Tuesday, January 19, 2016

Do Governments Promote Order?

Lew Rockwell has an essay posted today that was written by Doug Casey, from his book, Crisis Investing for the Rest of the 90s. It dovetails nicely with my commentary, The Current State of Anarcho-Capitalist Theory (Part 1).

One of the most perversely misleading myths about government is that it promotes order within its own bailiwick, keeps groups from constantly warring with each other, and somehow creates togetherness and harmony. In fact, that’s the exact opposite of the truth. There’s no cosmic imperative for different people to rise up against one another…unless they’re organized into political groups. The Middle East, now the world’s most fertile breeding ground for hatred, provides an excellent example.

Muslims, Christians, and Jews lived together peaceably in Palestine, Lebanon, and North Africa for centuries until the situation became politicized after World War I. Until then, an individual’s background and beliefs were just personal attributes, not a casus belli.Government was at its most benign, an ineffectual nuisance that concerned itself mostly with extorting taxes. People were busy with that most harmless of activities: making money.

But politics do not deal with people as individuals. It scoops them up into parties and nations. And some group inevitably winds up using the power of the state (however “innocently” or “justly” at first) to impose its values and wishes on others with predictably destructive results. What would otherwise be an interesting kaleidoscope of humanity then sorts itself out according to the lowest common denominator peculiar to the time and place.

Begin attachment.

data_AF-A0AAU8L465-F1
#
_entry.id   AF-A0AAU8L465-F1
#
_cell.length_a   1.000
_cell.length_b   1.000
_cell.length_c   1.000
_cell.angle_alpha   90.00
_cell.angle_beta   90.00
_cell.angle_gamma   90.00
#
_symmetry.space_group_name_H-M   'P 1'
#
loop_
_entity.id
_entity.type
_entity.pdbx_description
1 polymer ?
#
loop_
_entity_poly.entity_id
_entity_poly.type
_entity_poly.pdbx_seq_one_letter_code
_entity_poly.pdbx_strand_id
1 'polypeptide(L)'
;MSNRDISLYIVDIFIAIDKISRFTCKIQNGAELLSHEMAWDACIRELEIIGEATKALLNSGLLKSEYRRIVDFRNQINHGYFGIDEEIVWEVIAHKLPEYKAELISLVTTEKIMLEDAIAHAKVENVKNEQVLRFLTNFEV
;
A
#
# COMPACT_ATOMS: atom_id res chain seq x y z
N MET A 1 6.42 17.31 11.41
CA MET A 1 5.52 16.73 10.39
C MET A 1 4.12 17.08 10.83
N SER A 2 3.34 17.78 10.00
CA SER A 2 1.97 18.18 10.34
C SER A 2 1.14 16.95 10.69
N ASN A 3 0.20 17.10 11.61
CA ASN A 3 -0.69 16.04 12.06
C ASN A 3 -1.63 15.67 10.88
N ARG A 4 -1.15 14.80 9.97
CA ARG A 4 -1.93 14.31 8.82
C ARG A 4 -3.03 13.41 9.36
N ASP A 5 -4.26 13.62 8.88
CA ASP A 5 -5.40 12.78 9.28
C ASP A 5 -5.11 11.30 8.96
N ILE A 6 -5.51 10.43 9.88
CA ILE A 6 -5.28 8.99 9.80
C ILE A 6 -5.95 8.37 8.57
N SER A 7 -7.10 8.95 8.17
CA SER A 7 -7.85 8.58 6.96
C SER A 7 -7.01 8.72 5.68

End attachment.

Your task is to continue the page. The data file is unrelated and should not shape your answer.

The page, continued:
Sometimes that means along religious lines, as with the Muslims and Hindus in India or the Catholics and Protestants in Ireland; or ethnic lines, like the Kurds and Iraqis in the Middle East or Tamils and Sinhalese in Sri Lanka; sometimes it’s mostly racial, as whites and East Indians found throughout Africa in the 1970s or Asians in California in the 1870s. Sometimes it’s purely a matter of politics, as Argentines, Guatemalans, Salvadorans, and other Latins discovered more recently. Sometimes it amounts to no more than personal beliefs, as the McCarthy era in the 1950s and the Salem trials in the 1690s proved.

Throughout history government has served as a vehicle for the organization of hatred and oppression, benefitting no one except those who are ambitious and ruthless enough to gain control of it. That’s not to say government hasn’t, then and now, performed useful functions. But the useful things it does could and would be done far better by the market.


  1. This is such an ignorant commentary, the different ethnic and religious groups in the middle east were always warring with each other. The peaceful period in Palestine which Casey talks about was under the Turkish sultanate. If anything, it proves that monarchies bring peace to a multiethnic area, which is a more believable argument. Another example is the peaceful austro-Hungarian empire, as compared to nationalist chaos that followed and raged until 15 years ago.

  2. You're not disputing Casey with your Turkish sultanate argument or the example of the Austro-Hungarian empire. It seems you are agreeing with him. As he states: "Government was at its most benign, an ineffectual nuisance that concerned itself mostly with extorting taxes." States were benign prior to WW1 compared to the malignant states that came afterward.